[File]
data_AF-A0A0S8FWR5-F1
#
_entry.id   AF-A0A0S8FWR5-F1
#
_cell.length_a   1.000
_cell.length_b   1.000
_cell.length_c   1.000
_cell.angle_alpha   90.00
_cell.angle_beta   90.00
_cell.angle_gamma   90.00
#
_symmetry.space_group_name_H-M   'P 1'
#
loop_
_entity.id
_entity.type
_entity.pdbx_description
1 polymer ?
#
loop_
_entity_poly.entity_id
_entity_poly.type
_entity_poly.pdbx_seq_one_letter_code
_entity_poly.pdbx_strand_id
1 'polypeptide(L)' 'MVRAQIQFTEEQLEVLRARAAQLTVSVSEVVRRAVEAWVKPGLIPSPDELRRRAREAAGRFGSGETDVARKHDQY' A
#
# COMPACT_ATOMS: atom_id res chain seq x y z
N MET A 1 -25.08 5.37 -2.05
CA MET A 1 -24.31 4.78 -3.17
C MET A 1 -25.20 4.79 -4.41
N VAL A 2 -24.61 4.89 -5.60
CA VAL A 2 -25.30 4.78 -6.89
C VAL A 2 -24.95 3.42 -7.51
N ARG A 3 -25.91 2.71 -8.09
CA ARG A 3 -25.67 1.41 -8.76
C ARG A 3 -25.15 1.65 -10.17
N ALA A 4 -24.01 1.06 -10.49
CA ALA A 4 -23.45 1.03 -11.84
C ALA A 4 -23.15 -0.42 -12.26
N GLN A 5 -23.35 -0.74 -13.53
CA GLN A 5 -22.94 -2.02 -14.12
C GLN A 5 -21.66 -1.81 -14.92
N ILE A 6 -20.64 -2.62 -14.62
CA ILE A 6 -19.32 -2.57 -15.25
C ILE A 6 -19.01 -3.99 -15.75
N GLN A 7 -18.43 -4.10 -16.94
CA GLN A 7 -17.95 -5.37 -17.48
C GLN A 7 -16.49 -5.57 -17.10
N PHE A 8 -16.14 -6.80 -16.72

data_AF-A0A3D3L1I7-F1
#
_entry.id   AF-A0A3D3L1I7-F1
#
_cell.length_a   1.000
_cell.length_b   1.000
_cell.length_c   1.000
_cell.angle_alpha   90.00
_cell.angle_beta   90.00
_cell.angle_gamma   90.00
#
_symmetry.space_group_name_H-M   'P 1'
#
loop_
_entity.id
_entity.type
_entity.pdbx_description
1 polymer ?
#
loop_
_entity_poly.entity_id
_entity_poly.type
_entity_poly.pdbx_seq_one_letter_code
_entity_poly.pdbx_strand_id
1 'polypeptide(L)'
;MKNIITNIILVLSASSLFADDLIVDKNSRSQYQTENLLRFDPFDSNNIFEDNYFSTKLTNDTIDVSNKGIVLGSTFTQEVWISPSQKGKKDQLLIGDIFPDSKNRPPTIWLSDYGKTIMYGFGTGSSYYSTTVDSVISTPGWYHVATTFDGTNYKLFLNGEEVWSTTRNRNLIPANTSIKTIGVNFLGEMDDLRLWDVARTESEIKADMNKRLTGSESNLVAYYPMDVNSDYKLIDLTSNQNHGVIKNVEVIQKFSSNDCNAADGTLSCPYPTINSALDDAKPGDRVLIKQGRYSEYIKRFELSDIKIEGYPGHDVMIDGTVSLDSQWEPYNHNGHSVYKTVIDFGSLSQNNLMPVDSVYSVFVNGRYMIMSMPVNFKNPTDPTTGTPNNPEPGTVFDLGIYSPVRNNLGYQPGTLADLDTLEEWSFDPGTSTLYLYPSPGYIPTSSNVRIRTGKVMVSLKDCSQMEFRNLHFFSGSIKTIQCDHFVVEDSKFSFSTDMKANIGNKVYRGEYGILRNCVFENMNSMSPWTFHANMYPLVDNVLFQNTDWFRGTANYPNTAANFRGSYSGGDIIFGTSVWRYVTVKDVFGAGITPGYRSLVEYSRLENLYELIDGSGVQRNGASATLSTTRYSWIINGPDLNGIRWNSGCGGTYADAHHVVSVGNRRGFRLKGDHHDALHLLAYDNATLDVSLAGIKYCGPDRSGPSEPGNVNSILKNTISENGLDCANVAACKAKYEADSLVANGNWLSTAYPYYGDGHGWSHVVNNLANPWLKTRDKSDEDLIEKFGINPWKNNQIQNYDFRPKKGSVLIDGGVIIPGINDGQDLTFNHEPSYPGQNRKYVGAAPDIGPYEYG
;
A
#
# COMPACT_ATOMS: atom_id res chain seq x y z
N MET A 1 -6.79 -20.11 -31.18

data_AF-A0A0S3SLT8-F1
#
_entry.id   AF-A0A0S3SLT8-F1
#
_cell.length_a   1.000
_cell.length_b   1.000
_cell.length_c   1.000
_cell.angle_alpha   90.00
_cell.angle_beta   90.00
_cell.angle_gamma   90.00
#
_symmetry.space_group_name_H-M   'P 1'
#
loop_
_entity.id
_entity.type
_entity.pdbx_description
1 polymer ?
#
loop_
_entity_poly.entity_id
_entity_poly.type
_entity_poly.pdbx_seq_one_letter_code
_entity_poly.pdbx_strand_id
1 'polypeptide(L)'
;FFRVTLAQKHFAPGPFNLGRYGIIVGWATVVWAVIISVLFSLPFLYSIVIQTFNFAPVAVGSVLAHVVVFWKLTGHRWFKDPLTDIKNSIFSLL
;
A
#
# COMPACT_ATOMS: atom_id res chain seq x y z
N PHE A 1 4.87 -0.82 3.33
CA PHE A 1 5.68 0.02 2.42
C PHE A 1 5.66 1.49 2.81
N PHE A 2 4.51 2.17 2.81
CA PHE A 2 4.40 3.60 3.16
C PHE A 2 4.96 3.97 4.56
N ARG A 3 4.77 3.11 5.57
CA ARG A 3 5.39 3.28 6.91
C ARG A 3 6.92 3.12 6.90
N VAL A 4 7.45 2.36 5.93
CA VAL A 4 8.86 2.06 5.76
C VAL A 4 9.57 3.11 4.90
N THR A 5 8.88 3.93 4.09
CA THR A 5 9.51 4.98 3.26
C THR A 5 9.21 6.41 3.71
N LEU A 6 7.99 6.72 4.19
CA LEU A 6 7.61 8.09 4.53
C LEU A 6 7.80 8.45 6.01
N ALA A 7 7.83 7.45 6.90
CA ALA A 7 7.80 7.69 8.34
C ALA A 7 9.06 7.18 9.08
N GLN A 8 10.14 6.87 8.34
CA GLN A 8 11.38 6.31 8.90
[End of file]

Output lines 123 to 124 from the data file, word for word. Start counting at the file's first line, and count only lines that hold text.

N THR A 5 8.88 3.93 4.09
CA THR A 5 9.51 4.98 3.26